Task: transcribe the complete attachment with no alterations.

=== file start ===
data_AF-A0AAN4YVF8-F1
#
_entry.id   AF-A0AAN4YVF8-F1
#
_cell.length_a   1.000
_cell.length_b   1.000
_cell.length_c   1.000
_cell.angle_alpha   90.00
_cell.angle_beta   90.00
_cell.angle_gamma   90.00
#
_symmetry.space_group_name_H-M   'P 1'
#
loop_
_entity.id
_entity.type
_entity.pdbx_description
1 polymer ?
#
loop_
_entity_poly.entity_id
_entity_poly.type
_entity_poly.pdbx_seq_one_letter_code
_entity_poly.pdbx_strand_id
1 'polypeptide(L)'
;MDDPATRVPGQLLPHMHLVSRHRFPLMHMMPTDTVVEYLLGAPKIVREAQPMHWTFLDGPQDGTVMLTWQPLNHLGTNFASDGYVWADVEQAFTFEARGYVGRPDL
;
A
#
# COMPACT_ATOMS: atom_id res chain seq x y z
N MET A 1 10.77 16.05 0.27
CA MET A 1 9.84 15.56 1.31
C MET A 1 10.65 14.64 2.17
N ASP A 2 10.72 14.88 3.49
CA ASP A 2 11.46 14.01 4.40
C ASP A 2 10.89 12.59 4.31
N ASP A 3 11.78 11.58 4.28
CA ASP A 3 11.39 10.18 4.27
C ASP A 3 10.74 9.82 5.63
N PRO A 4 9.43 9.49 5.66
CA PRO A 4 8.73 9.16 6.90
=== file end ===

data_AF-A0AAN4YVF8-F1
#
_entry.id   AF-A0AAN4YVF8-F1
#
_cell.length_a   1.000
_cell.length_b   1.000
_cell.length_c   1.000
_cell.angle_alpha   90.00
_cell.angle_beta   90.00
_cell.angle_gamma   90.00
#
_symmetry.space_group_name_H-M   'P 1'
#
loop_
_entity.id
_entity.type
_entity.pdbx_description
1 polymer ?
#
loop_
_entity_poly.entity_id
_entity_poly.type
_entity_poly.pdbx_seq_one_letter_code
_entity_poly.pdbx_strand_id
1 'polypeptide(L)'
;MDDPATRVPGQLLPHMHLVSRHRFPLMHMMPTDTVVEYLLGAPKIVREAQPMHWTFLDGPQDGTVMLTWQPLNHLGTNFASDGYVWADVEQAFTFEARGYVGRPDL
;
A
#
# COMPACT_ATOMS: atom_id res chain seq x y z
N MET A 1 10.77 16.05 0.27
CA MET A 1 9.84 15.56 1.31
C MET A 1 10.65 14.64 2.17
N ASP A 2 10.72 14.88 3.49
CA ASP A 2 11.46 14.01 4.40
C ASP A 2 10.89 12.59 4.31
N ASP A 3 11.78 11.58 4.28
CA ASP A 3 11.39 10.18 4.27
C ASP A 3 10.74 9.82 5.63
N PRO A 4 9.43 9.49 5.66
CA PRO A 4 8.73 9.16 6.90